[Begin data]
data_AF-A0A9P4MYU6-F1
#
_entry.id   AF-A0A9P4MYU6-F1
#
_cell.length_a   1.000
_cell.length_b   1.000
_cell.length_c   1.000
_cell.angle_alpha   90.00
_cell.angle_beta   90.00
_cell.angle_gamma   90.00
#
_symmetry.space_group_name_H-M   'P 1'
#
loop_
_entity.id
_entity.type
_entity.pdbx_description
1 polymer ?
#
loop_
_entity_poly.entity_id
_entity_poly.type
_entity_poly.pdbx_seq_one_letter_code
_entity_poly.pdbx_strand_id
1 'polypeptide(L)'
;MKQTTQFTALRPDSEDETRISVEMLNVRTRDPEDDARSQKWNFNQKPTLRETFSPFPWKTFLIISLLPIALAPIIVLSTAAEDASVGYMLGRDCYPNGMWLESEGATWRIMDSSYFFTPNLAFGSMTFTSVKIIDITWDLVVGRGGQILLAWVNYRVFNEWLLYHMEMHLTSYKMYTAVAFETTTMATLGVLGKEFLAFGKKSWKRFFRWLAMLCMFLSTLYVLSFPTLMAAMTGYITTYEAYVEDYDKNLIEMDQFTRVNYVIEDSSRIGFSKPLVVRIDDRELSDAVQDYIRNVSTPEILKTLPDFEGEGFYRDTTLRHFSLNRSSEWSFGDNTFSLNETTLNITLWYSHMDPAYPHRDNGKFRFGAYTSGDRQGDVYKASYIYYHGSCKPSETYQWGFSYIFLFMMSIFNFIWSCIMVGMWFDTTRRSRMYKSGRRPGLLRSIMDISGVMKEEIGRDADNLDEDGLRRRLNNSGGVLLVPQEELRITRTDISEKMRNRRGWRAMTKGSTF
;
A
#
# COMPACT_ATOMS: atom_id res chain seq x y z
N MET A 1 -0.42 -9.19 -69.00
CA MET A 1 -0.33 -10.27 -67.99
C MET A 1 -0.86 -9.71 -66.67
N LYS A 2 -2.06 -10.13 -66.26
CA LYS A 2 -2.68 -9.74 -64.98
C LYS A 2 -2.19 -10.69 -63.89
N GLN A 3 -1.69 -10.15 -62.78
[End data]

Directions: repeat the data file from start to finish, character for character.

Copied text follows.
data_AF-A0A9P4MYU6-F1
#
_entry.id   AF-A0A9P4MYU6-F1
#
_cell.length_a   1.000
_cell.length_b   1.000
_cell.length_c   1.000
_cell.angle_alpha   90.00
_cell.angle_beta   90.00
_cell.angle_gamma   90.00
#
_symmetry.space_group_name_H-M   'P 1'
#
loop_
_entity.id
_entity.type
_entity.pdbx_description
1 polymer ?
#
loop_
_entity_poly.entity_id
_entity_poly.type
_entity_poly.pdbx_seq_one_letter_code
_entity_poly.pdbx_strand_id
1 'polypeptide(L)'
;MKQTTQFTALRPDSEDETRISVEMLNVRTRDPEDDARSQKWNFNQKPTLRETFSPFPWKTFLIISLLPIALAPIIVLSTAAEDASVGYMLGRDCYPNGMWLESEGATWRIMDSSYFFTPNLAFGSMTFTSVKIIDITWDLVVGRGGQILLAWVNYRVFNEWLLYHMEMHLTSYKMYTAVAFETTTMATLGVLGKEFLAFGKKSWKRFFRWLAMLCMFLSTLYVLSFPTLMAAMTGYITTYEAYVEDYDKNLIEMDQFTRVNYVIEDSSRIGFSKPLVVRIDDRELSDAVQDYIRNVSTPEILKTLPDFEGEGFYRDTTLRHFSLNRSSEWSFGDNTFSLNETTLNITLWYSHMDPAYPHRDNGKFRFGAYTSGDRQGDVYKASYIYYHGSCKPSETYQWGFSYIFLFMMSIFNFIWSCIMVGMWFDTTRRSRMYKSGRRPGLLRSIMDISGVMKEEIGRDADNLDEDGLRRRLNNSGGVLLVPQEELRITRTDISEKMRNRRGWRAMTKGSTF
;
A
#
# COMPACT_ATOMS: atom_id res chain seq x y z
N MET A 1 -0.42 -9.19 -69.00
CA MET A 1 -0.33 -10.27 -67.99
C MET A 1 -0.86 -9.71 -66.67
N LYS A 2 -2.06 -10.13 -66.26
CA LYS A 2 -2.68 -9.74 -64.98
C LYS A 2 -2.19 -10.69 -63.89
N GLN A 3 -1.69 -10.15 -62.78